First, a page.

Forty-five years ago, from the traditional September to the beginning of the school year, students walked through the grounds of the once prohibitive Country Club, converted by the Revolution, since 1962, into the National School of Art of Cubanacán (ENA) and that, in 1976, began to coexist with the brand-new Higher Institute of Art (ISA), for some time here the University of the Arts.
Associated with the creation of the Ministry of Culture that year, Minister Armando Hart Dávalos was involved in its foundation from its doctrinal foundations to convincing great figures of culture to head careers, departments and faculties, while the unforgettable critic served as rector. film Mario Rodríguez Alemán.
Hart’s intellectual status as an educator was decisive. Fidel’s executive arm in the Literacy Campaign, which celebrates its 60th anniversary too quietly and without which we would not simply be the country that we are, Hart received another extremely complex mandate. The creation of an organism without exact precedents destined both to repair the damage caused to the cultural fabric by the errors of the early 70’s, and to expand and solidify the cultivation of art and its reception in Cuba.
The ISA was essential in that assault on heaven, and it soon became a hotbed that began to transform Cuban arts in the 1980s. At the same time, the acronym transcended national borders, not only because dozens of students from other countries were trained there, but because the conceptions of this teaching were confronted, from their particularities, with those of schools, colleges and universities that had a tradition, or began, in the difficult and unique carry of higher-level artistic education.
I see the ISA from the theater, of course, because I entered the then Faculty of Performing Arts 35 years ago, I graduated 30 years ago and I teach a quarter of a century in its continuity as Theater Art, but the tree has never prevented me see the forest.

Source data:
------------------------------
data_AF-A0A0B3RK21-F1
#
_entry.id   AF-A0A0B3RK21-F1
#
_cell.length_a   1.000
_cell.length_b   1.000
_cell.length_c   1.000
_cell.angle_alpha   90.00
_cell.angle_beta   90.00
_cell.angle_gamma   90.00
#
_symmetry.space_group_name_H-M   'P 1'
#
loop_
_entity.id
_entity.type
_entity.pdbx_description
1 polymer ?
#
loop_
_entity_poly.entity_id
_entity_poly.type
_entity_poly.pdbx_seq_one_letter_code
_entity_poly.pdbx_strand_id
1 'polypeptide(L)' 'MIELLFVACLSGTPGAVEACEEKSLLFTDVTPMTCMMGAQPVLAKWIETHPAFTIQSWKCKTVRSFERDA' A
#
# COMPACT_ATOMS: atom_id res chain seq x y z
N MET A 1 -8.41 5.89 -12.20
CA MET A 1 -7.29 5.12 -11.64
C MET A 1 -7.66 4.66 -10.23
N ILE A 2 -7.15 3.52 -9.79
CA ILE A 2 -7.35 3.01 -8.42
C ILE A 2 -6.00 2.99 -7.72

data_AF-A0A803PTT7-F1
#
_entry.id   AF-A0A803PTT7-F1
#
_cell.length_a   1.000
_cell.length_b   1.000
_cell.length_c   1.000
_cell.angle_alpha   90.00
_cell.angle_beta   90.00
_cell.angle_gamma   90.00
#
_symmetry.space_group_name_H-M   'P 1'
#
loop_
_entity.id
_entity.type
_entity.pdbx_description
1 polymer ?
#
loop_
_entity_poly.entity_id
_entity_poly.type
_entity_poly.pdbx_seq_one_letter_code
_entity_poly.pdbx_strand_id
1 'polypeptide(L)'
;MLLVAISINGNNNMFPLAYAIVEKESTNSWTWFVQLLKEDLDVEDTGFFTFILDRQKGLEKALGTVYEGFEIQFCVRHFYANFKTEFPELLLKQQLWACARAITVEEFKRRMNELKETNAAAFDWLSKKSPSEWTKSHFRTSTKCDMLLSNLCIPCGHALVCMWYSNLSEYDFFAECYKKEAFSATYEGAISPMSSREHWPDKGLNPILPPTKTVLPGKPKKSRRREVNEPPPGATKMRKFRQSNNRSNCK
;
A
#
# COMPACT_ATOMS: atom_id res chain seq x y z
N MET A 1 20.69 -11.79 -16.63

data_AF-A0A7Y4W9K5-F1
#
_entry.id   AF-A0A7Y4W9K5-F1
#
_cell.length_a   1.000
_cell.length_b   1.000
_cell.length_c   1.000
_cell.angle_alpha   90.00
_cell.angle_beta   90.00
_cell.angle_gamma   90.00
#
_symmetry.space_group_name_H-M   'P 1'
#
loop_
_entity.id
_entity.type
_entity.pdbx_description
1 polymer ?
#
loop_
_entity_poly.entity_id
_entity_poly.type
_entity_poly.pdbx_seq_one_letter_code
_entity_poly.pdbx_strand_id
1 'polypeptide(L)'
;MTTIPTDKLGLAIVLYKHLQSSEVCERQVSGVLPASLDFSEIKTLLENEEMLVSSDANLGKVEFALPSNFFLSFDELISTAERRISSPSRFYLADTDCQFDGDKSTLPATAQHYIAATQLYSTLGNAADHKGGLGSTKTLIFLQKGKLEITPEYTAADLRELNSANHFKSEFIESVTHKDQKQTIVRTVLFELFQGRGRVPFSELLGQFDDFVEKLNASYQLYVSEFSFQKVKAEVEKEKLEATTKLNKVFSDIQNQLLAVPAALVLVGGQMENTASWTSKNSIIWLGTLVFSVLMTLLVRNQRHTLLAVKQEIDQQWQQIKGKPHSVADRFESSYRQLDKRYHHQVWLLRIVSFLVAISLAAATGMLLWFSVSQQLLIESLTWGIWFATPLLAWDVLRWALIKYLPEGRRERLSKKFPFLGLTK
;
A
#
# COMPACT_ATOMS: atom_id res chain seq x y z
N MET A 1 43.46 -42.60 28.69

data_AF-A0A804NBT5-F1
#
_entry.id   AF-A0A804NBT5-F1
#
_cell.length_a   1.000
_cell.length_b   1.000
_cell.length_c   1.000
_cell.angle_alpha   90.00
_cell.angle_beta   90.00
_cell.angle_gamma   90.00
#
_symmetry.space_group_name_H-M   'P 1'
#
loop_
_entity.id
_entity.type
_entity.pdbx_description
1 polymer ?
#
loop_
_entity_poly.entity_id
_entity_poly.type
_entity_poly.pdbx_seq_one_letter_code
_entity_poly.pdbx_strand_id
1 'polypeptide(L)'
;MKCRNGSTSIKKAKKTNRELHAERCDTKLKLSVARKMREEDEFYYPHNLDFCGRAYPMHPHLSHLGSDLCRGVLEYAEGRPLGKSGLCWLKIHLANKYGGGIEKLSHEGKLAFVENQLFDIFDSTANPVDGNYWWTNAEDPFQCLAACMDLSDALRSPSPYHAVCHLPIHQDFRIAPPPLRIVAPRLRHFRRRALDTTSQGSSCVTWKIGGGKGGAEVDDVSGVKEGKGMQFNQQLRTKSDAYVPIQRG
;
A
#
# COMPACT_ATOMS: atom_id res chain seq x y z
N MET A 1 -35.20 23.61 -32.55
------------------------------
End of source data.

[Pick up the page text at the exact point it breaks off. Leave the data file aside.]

Enjoy an academy without academicism. From a continuous space of research and experimentation that allowed to establish teachings based on pedagogical traditions and their artistic, Cuban and foreign manifestations. In the same way, it has also been revolutionary ideologically and politically. I remember the open discussions with Carlos Rafael Rodríguez, Hart and other top leaders of the country. The avant-garde dream of participating in everything and everything.
It was also a vortex of high-profile aesthetic disputes due to the reverberation of the dialogue of the Cuban arts with the proposals that took place there. And a crossroads where American filmmakers, a Japanese graphic designer, a great Russian esthete and an Italian theatrist met among countless visits and presences. We all remember “our happy years” as the best. Amalgamation of sensations and memories that memory blurs in our favor.
Those times do not pass. We know that it has not only depended on the interior of the beautiful enclosure. The ISA, which has become the University of the Arts, has managed to survive and adapt. It has not stopped serving. Everything has changed, but there are essences that should never be lost. Freedom in teaching, practice with a strong theoretical component and theoretical specialties linked to praxis are a “secret” source of knowledge success.
Forty-five years are few in the life of a university. However, the ISA has made a name for itself despite shortcomings, difficulties and contradictions of all kinds. Because, on them, as I once wrote, “a space has been carved” where we do not dedicate ourselves to plowing in the sea. It would be impossible to tell the history of contemporary Cuban art without what was sown by these “few” courses, those happy years of each one, our times at ISA.